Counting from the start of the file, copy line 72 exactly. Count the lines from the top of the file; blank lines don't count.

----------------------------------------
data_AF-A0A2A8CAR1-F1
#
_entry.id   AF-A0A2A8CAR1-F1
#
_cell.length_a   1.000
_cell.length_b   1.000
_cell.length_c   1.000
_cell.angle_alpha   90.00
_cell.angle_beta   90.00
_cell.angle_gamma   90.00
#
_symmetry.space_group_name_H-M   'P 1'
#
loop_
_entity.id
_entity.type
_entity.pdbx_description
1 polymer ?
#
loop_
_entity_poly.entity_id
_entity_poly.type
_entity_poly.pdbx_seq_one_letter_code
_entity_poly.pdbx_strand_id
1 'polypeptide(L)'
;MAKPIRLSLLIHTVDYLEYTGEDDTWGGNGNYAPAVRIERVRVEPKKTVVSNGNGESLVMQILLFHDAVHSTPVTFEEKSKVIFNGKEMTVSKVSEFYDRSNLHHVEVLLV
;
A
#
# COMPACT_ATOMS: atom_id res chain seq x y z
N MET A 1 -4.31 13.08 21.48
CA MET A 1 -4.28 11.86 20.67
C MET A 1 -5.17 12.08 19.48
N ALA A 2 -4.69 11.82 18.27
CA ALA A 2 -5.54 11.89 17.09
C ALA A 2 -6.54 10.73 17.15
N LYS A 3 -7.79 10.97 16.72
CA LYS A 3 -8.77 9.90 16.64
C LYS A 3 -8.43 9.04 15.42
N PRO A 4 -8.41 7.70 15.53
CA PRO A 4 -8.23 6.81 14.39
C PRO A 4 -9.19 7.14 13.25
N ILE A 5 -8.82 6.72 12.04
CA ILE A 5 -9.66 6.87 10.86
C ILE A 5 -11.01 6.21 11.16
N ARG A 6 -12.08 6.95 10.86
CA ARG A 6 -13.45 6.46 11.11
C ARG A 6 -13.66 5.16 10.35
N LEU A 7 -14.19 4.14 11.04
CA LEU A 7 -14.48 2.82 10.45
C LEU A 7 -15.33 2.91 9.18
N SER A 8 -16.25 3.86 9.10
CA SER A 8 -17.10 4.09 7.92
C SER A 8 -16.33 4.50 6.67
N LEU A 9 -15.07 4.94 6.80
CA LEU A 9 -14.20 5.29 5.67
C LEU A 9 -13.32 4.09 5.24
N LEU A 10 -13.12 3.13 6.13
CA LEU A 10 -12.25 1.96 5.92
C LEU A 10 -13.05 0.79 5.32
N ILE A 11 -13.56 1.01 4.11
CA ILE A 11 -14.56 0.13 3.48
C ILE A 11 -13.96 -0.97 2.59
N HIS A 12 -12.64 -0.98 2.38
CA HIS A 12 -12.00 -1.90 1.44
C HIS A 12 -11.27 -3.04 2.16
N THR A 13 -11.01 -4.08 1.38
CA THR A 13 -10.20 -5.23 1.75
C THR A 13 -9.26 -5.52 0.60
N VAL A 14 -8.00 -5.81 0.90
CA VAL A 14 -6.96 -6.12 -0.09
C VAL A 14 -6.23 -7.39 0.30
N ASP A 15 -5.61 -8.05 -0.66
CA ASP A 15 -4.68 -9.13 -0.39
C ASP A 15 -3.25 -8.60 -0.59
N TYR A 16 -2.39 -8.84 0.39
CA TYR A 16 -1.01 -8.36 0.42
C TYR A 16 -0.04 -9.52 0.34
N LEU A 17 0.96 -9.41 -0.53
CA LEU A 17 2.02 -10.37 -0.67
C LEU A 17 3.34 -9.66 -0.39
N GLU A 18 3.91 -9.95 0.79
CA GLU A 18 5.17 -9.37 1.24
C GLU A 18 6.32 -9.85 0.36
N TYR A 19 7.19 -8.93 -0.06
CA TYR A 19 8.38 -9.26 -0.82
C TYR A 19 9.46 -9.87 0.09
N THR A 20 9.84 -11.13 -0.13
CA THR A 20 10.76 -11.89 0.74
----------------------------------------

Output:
C VAL A 14 -6.23 -7.39 0.30